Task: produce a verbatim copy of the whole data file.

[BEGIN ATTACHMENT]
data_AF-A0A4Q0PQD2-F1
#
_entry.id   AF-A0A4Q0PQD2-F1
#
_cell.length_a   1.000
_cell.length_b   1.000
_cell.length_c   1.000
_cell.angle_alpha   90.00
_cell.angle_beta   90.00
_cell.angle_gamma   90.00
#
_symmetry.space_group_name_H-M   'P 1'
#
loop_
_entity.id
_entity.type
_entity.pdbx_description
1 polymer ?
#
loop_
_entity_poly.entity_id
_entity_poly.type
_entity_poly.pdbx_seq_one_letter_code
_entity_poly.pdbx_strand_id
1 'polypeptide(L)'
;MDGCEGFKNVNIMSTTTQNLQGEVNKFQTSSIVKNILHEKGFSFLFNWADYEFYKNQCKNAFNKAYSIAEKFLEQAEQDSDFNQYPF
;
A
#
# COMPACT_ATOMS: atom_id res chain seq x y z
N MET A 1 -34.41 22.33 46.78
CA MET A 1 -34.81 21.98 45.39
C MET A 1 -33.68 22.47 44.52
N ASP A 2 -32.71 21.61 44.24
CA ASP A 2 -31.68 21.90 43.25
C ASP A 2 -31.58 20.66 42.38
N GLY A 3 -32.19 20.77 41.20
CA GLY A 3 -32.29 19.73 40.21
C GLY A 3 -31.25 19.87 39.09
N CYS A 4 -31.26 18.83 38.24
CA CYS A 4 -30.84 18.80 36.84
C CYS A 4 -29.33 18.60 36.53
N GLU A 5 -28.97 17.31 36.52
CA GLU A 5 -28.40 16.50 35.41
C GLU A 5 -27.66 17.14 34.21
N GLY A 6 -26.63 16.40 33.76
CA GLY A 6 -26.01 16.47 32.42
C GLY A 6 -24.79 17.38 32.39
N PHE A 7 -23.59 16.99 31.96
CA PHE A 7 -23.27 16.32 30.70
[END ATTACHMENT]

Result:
data_AF-A0A4Q0PQD2-F1
#
_entry.id   AF-A0A4Q0PQD2-F1
#
_cell.length_a   1.000
_cell.length_b   1.000
_cell.length_c   1.000
_cell.angle_alpha   90.00
_cell.angle_beta   90.00
_cell.angle_gamma   90.00
#
_symmetry.space_group_name_H-M   'P 1'
#
loop_
_entity.id
_entity.type
_entity.pdbx_description
1 polymer ?
#
loop_
_entity_poly.entity_id
_entity_poly.type
_entity_poly.pdbx_seq_one_letter_code
_entity_poly.pdbx_strand_id
1 'polypeptide(L)'
;MDGCEGFKNVNIMSTTTQNLQGEVNKFQTSSIVKNILHEKGFSFLFNWADYEFYKNQCKNAFNKAYSIAEKFLEQAEQDSDFNQYPF
;
A
#
# COMPACT_ATOMS: atom_id res chain seq x y z
N MET A 1 -34.41 22.33 46.78
CA MET A 1 -34.81 21.98 45.39
C MET A 1 -33.68 22.47 44.52
N ASP A 2 -32.71 21.61 44.24
CA ASP A 2 -31.68 21.90 43.25
C ASP A 2 -31.58 20.66 42.38
N GLY A 3 -32.19 20.77 41.20
CA GLY A 3 -32.29 19.73 40.21
C GLY A 3 -31.25 19.87 39.09
N CYS A 4 -31.26 18.83 38.24
CA CYS A 4 -30.84 18.80 36.84
C CYS A 4 -29.33 18.60 36.53
N GLU A 5 -28.97 17.31 36.52
CA GLU A 5 -28.40 16.50 35.41
C GLU A 5 -27.66 17.14 34.21
N GLY A 6 -26.63 16.40 33.76
CA GLY A 6 -26.01 16.47 32.42
C GLY A 6 -24.79 17.38 32.39
N PHE A 7 -23.59 16.99 31.96
CA PHE A 7 -23.27 16.32 30.70